The Essential Tales and Poems of Edgar Allan Poe (Part Four | The Narrative of Arthur Gordon Pym)

32552Fiction — print. Edited by Benjamin F. Fisher. Barnes & Noble Classics, 2004. 642 pgs. Purchased.

I left of the last two words in the title of Poe’s only complete novel; typing out The Narrative of Arthur Gordon Pym of Nantucket would make the title of this post entirely way too long.

The title character of this tale experiences a series of adventures and misadventures — a shipwreck, mutiny, cannibalism — after stowing away aboard the Grampus, a whaling ship. He is eventually rescued by the crew of the Jane Guy and continues his adventures with another sailor, Dirk Peters, further south towards the South Pole.

I’ve already deduced from reading this collection that I am not a fan of Poe, but I guess you could also say that I am not a fan of adventures on the high seas. The footnotes tell me that Poe intended to present a realistic story, which he certainly does not do in the tales included in this collection, and drew from his and others’ experiences at sea.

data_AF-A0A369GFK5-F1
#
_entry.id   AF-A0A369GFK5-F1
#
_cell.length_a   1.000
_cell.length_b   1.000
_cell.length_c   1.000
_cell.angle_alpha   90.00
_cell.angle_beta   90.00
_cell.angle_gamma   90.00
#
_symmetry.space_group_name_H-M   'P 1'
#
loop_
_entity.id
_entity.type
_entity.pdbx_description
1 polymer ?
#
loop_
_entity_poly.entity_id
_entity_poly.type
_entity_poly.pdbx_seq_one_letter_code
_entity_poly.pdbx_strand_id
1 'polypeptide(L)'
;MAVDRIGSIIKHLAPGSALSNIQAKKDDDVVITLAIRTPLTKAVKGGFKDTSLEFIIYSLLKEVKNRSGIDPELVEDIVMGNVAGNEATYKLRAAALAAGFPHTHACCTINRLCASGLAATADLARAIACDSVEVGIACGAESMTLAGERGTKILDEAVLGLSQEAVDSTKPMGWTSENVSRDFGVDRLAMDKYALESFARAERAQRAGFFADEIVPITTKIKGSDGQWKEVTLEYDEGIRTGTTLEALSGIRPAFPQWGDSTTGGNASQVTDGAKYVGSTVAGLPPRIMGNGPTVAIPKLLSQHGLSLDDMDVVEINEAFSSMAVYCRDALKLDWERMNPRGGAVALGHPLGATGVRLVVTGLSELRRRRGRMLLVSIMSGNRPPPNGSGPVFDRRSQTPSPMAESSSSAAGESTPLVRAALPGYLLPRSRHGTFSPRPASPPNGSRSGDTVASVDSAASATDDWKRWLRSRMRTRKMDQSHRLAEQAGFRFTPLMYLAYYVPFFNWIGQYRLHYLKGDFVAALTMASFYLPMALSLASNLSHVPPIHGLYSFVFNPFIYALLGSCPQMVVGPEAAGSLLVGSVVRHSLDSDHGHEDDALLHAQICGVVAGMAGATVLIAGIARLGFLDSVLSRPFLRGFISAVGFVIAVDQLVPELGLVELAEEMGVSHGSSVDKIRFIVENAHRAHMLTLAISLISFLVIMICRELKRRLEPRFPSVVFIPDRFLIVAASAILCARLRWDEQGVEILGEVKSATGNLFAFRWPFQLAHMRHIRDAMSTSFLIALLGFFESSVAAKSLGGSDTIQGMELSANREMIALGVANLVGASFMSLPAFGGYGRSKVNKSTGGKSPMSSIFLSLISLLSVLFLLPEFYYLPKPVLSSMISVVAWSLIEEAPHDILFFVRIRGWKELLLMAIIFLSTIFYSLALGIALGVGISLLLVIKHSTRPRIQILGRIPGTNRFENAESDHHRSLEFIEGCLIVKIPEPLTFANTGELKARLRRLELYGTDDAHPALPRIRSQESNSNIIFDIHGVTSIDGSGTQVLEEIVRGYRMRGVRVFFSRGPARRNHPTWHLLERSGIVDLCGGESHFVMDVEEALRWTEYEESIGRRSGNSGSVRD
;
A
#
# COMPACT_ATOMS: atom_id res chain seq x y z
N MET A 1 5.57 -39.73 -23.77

I can see why Poe’s poetry and tales are more well-known. This novel is a rambling mess that impossible to follow and invest in. The abrupt ending on the novel is rather unsettling and unsatisfying. Wikipedia says it ending was left to speculation because it serves as a “symbolic conclusion to Pym’s spiritual journey”, but I needed a better payout for reaching the end of this giant tome. Supposedly, Poe himself called this novel “a very silly book”. I would have to agree!

Final thoughts on Poe? As I said above, I’m not a fan of him and his work. I can appreciate how he avoided monsters and rather developed the psychological thriller genre, but I don’t think he and I will ever truly be friends.

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